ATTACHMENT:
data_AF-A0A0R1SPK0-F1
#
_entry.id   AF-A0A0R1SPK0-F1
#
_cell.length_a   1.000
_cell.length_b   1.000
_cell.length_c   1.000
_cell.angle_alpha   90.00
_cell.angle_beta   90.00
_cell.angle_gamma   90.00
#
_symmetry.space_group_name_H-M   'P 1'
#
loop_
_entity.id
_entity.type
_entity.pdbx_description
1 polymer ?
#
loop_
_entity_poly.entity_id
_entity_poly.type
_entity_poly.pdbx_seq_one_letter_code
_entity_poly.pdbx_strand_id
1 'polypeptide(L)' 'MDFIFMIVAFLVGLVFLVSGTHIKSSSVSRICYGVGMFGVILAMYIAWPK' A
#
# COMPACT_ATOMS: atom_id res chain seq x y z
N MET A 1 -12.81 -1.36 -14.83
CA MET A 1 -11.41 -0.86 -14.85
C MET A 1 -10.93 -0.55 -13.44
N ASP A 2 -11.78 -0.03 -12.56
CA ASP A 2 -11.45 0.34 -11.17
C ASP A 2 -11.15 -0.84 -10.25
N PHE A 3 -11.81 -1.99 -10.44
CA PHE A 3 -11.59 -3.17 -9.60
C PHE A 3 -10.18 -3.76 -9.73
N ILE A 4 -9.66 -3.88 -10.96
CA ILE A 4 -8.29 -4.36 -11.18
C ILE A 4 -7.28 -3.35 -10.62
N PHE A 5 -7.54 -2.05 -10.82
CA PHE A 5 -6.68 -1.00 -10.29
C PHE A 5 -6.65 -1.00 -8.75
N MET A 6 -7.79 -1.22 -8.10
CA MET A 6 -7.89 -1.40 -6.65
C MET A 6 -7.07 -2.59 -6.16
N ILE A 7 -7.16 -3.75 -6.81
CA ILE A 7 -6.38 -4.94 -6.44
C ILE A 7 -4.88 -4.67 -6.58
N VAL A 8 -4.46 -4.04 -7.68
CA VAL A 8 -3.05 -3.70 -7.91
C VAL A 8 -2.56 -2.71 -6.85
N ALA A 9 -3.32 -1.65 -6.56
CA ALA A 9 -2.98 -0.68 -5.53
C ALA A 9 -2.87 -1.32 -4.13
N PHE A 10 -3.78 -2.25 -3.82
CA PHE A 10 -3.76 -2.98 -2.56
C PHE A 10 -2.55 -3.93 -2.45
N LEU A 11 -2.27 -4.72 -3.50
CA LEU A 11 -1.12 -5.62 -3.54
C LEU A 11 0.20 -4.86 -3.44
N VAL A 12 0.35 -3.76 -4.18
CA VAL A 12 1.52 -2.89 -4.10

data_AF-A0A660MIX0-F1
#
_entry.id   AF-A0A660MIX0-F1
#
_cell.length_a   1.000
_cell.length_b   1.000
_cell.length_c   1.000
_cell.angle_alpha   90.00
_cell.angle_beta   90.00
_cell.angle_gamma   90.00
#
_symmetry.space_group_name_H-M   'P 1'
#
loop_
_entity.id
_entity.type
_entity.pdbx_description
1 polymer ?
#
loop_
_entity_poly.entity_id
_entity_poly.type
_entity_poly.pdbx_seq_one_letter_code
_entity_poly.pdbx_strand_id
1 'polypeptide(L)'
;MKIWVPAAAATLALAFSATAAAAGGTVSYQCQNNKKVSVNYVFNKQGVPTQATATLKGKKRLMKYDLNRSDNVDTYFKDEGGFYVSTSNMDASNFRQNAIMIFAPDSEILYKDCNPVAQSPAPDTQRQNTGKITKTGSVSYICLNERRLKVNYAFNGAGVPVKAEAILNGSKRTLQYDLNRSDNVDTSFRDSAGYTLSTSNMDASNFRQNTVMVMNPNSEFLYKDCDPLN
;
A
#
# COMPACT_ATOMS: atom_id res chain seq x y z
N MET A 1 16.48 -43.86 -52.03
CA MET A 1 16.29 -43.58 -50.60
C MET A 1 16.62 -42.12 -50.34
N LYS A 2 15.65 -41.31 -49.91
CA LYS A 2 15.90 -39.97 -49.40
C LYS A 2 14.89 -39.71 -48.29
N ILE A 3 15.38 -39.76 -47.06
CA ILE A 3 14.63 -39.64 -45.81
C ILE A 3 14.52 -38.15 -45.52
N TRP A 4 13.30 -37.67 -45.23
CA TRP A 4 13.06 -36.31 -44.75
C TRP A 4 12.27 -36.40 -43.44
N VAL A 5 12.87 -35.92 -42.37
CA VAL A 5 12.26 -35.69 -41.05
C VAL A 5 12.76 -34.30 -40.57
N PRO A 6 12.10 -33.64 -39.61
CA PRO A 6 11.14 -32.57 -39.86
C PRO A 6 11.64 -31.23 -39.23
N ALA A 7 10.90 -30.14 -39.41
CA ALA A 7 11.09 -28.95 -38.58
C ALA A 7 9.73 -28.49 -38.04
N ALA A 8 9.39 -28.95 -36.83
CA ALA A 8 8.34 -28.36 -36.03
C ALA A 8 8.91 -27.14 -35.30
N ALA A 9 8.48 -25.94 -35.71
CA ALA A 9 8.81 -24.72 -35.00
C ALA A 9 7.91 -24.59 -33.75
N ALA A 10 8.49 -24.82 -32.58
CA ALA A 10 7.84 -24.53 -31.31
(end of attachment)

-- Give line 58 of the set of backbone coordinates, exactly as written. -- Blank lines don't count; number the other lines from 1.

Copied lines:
N LEU A 11 -2.27 -4.72 -3.50